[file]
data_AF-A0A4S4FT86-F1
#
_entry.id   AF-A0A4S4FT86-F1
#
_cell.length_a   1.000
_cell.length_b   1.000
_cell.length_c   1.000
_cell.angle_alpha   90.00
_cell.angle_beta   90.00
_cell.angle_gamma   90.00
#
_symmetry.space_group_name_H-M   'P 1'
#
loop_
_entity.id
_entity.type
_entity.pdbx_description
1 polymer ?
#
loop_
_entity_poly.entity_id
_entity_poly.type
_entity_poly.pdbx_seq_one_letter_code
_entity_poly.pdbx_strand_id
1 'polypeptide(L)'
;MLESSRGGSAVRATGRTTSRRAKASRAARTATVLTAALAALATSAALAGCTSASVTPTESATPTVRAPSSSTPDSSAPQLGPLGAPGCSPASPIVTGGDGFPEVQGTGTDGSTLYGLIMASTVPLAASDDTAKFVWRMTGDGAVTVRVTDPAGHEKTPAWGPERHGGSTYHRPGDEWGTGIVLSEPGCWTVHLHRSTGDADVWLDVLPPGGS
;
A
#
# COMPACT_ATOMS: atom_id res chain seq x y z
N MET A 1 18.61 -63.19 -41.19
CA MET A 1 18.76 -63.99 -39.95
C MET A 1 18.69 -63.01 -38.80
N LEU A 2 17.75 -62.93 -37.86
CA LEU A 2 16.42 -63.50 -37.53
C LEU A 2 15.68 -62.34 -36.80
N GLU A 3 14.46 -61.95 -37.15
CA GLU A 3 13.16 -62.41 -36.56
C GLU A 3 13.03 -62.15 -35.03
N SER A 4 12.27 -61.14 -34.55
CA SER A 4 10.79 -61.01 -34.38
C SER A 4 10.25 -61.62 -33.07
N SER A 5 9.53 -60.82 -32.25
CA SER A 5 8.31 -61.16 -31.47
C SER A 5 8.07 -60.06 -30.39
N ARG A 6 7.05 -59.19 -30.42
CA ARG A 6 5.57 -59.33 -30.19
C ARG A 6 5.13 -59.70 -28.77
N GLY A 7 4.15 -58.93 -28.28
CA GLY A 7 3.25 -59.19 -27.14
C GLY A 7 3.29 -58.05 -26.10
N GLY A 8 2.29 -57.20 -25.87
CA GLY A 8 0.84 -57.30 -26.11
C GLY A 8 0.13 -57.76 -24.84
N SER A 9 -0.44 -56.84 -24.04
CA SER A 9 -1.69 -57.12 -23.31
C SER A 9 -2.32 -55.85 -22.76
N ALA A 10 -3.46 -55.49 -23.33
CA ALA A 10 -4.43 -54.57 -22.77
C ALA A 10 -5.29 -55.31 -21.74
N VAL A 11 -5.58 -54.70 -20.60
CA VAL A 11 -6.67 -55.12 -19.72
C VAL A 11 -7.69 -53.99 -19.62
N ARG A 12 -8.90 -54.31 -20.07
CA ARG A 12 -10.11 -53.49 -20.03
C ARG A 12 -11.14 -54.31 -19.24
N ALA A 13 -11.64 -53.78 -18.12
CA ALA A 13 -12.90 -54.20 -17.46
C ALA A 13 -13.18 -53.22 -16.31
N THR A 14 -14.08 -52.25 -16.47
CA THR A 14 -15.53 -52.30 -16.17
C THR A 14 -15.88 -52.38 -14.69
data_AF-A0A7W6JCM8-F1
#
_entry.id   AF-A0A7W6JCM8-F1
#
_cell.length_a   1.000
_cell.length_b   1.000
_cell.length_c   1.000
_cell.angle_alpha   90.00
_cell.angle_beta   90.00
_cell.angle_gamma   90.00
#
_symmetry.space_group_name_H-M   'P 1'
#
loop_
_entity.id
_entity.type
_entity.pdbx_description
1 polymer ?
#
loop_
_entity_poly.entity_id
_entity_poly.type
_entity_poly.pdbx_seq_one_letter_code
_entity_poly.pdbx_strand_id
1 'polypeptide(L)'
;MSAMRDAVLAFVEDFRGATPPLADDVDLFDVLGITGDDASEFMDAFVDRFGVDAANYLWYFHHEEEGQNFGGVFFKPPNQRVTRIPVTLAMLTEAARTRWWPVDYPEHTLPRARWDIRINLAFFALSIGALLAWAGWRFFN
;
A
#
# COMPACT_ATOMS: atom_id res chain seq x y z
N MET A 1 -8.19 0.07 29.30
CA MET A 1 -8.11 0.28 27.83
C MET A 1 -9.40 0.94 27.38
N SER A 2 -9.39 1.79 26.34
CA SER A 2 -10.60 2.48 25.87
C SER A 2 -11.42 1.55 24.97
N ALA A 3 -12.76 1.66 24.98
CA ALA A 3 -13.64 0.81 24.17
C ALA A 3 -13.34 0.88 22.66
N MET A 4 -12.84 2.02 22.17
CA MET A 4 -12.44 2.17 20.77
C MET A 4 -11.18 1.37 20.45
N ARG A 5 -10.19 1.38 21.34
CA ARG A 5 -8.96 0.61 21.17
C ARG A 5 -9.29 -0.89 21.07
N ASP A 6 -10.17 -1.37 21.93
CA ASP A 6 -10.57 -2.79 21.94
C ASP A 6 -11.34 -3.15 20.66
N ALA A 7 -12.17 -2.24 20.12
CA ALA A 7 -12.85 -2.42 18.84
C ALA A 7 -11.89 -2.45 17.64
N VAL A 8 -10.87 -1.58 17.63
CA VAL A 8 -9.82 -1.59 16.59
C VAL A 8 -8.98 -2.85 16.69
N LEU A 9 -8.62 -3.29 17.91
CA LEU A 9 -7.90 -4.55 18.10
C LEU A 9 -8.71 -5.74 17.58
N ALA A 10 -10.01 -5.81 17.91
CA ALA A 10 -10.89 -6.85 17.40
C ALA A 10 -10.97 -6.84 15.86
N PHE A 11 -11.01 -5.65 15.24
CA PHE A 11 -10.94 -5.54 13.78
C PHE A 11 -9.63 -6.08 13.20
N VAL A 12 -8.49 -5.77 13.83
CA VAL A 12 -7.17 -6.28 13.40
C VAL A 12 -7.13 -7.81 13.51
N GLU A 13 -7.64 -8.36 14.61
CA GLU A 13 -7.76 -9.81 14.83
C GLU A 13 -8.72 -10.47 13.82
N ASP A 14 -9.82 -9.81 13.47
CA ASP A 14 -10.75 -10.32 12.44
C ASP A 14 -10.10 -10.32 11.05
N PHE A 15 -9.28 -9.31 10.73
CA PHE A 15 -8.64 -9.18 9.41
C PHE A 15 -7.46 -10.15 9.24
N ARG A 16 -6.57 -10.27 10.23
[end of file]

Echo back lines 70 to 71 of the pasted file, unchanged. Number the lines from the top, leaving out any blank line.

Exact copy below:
N THR A 14 -14.08 -52.25 -16.47
CA THR A 14 -15.53 -52.30 -16.17